There are certainly a lot of ugly elements within the Christmas season, mixed in with the beautiful- the greatest of which is needless consumerism. There tends to be a frantic, subliminal message of “buy, buy, buy” running through the get-togethers, the decorating, the family pressure. The average American plans to spend over $800 on Christmas this year. It’s enough to make one want to do away with the Christmas gift-giving once and for all- and some folks have! Donating money to charity, pooling money for a family vacation, or giving an experience rather than stuff are all great alternatives to purchasing gifts.
With that being said, and as much as I love using alternative methods to show my loved ones I care about them outside of gift giving… I’ll never eschew gift-giving altogether, for two big reasons:
1. Because the love language of many of my friends and family is gift-giving. I try to hone in on what it is that my family members value the most- for some, it’s quality time, for others, it’s gifts or words of encouragement.
2. Because I think that buying gifts can actually have a more positive impact than making a donation. How, you ask? I’m a bit disenfranchised with ”big charity”. I recently watched a documentary film that revealed, among other things, just how the donations pipeline functions for most large development organizations. Relatively little of the funds/goods that are donated trickle through system to the people who are in need of aid- and, it turns out, the recipients don’t always welcome those funds/goods. As one farmer put it in said film, “we don’t want the US to SEND us cheap food, we want them to buy our goods so that we can buy our own food”.
While there is certainly still a need for aid dollars in the face of disasters and war, for most developing countries I believe that our best bet for eradicating social injustices is supporting local industries. Buying ethically made gifts (from transparent small businesses) that create more jobs with a fair, living wage is a guarantee that your dollars are making a impact that will last longer than a handout.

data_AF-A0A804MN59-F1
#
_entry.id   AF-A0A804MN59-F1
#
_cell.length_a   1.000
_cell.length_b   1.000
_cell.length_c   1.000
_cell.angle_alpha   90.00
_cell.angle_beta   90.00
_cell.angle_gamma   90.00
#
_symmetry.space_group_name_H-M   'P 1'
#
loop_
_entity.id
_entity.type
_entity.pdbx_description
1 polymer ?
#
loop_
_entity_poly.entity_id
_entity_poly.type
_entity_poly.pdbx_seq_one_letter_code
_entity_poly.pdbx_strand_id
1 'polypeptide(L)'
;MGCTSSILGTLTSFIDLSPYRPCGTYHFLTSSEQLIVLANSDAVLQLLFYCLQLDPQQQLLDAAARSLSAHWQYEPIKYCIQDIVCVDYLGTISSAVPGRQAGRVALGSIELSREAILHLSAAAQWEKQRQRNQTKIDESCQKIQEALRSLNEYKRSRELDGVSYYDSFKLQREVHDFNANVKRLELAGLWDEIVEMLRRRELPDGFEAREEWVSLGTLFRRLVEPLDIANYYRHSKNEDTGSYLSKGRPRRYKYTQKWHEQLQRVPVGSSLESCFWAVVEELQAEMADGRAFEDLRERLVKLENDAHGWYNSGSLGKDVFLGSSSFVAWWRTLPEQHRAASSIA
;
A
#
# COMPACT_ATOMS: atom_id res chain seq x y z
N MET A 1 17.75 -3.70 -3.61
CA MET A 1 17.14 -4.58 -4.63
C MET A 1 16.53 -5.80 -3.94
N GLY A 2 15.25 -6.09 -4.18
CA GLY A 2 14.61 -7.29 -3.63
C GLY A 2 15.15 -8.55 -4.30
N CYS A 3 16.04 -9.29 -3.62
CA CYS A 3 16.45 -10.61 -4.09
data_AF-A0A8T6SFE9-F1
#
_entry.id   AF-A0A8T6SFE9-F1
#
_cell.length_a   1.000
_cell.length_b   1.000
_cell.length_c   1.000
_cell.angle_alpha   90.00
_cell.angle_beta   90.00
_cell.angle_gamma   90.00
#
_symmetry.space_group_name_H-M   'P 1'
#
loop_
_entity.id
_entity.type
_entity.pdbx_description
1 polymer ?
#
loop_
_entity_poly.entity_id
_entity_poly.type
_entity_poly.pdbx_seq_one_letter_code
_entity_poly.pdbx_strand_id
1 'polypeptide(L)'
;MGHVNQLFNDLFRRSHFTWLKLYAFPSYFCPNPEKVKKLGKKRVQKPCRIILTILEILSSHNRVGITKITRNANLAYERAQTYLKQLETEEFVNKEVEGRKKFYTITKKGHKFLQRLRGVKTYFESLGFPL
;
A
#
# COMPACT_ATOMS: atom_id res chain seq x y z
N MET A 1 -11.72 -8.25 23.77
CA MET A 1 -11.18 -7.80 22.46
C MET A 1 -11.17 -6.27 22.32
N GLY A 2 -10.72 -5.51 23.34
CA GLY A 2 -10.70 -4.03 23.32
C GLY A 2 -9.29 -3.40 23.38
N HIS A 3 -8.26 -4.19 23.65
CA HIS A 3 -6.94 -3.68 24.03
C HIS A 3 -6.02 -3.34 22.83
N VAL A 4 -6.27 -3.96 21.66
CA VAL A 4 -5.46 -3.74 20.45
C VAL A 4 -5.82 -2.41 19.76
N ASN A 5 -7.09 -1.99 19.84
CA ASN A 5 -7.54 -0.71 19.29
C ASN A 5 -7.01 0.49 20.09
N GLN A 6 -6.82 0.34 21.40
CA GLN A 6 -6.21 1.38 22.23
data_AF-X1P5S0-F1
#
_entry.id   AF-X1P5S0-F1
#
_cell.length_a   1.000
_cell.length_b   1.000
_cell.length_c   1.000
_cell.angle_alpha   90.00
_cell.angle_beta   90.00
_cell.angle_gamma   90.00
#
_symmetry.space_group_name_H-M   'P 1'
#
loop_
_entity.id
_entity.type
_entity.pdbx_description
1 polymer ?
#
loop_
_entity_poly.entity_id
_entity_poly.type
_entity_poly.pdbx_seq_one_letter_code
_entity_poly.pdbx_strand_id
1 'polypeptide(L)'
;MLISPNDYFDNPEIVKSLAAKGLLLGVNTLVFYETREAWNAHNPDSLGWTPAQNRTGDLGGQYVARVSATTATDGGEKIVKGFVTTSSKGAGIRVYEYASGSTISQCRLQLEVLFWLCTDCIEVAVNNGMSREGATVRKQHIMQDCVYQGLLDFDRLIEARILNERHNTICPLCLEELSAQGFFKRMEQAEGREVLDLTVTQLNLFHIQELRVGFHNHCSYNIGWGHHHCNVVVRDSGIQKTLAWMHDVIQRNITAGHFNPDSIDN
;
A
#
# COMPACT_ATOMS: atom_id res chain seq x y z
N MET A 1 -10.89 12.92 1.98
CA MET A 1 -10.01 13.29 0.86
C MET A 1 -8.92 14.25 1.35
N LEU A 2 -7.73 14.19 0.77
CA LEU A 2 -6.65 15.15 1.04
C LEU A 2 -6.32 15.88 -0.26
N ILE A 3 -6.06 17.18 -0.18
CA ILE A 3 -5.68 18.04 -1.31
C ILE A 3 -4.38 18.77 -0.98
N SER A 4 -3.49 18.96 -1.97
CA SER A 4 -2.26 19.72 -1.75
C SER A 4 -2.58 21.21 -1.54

This past week, while visiting family on the east coast, I packed up a little Christmas/birthday surprise that I picked out for my older sister and her family courtesy of American Nomad.
I know my sister. I know that she doesn’t technically “need” anything. But I also know that little gifts bring her joy and that there are things that she’d like for her home that she wouldn’t spend money on herself. As a busy mom, nurse, and wife, collecting artsy items takes a back burner to loads of laundry and buying diapers!
My sister was just gifted a lovely couch and wooden console table, and I chose a block-printed ikat table runner made by JOYN to surprise her with. My niece has already claimed it as the perfect spot for her baby nativity set, and it’s a lovely addition to my sister’s home.
I chose JOYN for another reason, as well. My sister is passionate about empowering parents to care for their kids. Whether working as a labor and delivery nurse, serving as a Doula for low-income and first-time mamas, or pouring her heart and soul into foster card advocacy, it’s at the heart of everything she does. JOYN products have a similar mission behind them- at JOYN, moms and dads alike are given opportunity to support their families and keep them together.
I’d love to hear about a special gift that you’ve chosen for someone you love this year! Let me know on Instagram or leave a comment!